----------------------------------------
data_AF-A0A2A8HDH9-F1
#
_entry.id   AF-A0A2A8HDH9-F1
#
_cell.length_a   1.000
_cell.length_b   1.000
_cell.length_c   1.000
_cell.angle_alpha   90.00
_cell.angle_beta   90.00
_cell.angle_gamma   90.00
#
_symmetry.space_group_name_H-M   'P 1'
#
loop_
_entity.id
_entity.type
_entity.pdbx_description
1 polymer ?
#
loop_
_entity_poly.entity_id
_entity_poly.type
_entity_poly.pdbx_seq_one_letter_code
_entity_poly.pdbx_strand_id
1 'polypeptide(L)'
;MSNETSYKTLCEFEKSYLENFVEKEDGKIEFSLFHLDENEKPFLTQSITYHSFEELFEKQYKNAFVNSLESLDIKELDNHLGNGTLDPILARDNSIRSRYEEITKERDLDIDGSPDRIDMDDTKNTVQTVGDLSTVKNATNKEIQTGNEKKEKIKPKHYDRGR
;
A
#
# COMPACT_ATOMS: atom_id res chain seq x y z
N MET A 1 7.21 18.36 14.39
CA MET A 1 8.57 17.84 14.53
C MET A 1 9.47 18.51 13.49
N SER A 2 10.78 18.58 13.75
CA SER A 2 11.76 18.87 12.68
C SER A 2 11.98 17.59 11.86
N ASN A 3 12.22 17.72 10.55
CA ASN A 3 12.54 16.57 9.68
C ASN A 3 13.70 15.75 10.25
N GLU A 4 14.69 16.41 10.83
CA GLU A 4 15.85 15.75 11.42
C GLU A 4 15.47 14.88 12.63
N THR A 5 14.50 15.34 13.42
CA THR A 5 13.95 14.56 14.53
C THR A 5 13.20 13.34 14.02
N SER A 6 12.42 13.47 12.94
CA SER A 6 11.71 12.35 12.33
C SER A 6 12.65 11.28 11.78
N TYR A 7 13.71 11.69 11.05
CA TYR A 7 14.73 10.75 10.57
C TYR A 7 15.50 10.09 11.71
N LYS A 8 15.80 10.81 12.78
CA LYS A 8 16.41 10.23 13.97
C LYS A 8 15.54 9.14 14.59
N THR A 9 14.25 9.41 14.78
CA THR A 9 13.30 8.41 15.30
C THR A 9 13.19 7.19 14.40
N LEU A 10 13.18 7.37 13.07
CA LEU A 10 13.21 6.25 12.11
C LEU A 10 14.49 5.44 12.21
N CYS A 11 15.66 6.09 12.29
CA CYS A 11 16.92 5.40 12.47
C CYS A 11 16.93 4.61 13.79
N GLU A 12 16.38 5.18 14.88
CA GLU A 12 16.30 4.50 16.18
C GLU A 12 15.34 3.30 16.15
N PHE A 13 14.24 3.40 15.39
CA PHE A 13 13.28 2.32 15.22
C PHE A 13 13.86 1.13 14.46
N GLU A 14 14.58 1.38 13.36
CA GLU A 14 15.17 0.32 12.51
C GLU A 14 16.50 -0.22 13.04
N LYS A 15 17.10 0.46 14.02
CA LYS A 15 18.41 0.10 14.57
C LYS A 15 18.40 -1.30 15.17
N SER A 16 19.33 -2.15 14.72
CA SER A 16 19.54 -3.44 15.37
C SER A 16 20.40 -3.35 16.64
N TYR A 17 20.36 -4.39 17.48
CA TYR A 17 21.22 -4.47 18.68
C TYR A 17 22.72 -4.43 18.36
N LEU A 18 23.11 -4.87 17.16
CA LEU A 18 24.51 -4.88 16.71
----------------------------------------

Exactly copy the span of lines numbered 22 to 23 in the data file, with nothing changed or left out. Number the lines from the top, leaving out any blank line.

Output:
_entity_poly.type
_entity_poly.pdbx_seq_one_letter_code